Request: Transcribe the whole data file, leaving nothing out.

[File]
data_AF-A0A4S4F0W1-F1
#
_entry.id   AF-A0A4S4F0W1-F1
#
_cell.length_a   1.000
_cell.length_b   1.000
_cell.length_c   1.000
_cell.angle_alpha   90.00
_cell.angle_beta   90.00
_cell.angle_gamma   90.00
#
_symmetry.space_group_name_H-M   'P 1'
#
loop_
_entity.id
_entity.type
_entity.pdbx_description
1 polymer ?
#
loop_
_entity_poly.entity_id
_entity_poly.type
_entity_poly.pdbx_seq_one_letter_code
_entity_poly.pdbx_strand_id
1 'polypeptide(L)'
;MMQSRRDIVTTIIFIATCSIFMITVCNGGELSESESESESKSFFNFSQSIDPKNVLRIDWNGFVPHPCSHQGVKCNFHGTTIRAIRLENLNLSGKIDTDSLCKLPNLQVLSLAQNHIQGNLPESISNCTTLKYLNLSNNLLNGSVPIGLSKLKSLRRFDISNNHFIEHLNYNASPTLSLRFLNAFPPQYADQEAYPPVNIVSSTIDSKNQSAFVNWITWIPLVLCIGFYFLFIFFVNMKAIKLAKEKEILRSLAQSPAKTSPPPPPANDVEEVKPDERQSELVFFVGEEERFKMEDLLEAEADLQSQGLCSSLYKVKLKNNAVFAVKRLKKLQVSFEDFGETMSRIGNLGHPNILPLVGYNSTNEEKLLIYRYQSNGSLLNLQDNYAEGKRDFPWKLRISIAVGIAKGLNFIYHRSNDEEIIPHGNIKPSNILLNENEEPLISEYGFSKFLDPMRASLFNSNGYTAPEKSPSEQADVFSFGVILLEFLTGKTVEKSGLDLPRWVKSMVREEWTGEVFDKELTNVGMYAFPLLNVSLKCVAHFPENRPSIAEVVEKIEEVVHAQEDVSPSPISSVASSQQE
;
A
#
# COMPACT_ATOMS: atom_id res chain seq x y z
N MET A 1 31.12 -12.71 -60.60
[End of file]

data_AF-A0A4S4F0W1-F1
#
_entry.id   AF-A0A4S4F0W1-F1
#
_cell.length_a   1.000
_cell.length_b   1.000
_cell.length_c   1.000
_cell.angle_alpha   90.00
_cell.angle_beta   90.00
_cell.angle_gamma   90.00
#
_symmetry.space_group_name_H-M   'P 1'
#
loop_
_entity.id
_entity.type
_entity.pdbx_description
1 polymer ?
#
loop_
_entity_poly.entity_id
_entity_poly.type
_entity_poly.pdbx_seq_one_letter_code
_entity_poly.pdbx_strand_id
1 'polypeptide(L)'
;MMQSRRDIVTTIIFIATCSIFMITVCNGGELSESESESESKSFFNFSQSIDPKNVLRIDWNGFVPHPCSHQGVKCNFHGTTIRAIRLENLNLSGKIDTDSLCKLPNLQVLSLAQNHIQGNLPESISNCTTLKYLNLSNNLLNGSVPIGLSKLKSLRRFDISNNHFIEHLNYNASPTLSLRFLNAFPPQYADQEAYPPVNIVSSTIDSKNQSAFVNWITWIPLVLCIGFYFLFIFFVNMKAIKLAKEKEILRSLAQSPAKTSPPPPPANDVEEVKPDERQSELVFFVGEEERFKMEDLLEAEADLQSQGLCSSLYKVKLKNNAVFAVKRLKKLQVSFEDFGETMSRIGNLGHPNILPLVGYNSTNEEKLLIYRYQSNGSLLNLQDNYAEGKRDFPWKLRISIAVGIAKGLNFIYHRSNDEEIIPHGNIKPSNILLNENEEPLISEYGFSKFLDPMRASLFNSNGYTAPEKSPSEQADVFSFGVILLEFLTGKTVEKSGLDLPRWVKSMVREEWTGEVFDKELTNVGMYAFPLLNVSLKCVAHFPENRPSIAEVVEKIEEVVHAQEDVSPSPISSVASSQQE
;
A
#
# COMPACT_ATOMS: atom_id res chain seq x y z
N MET A 1 31.12 -12.71 -60.60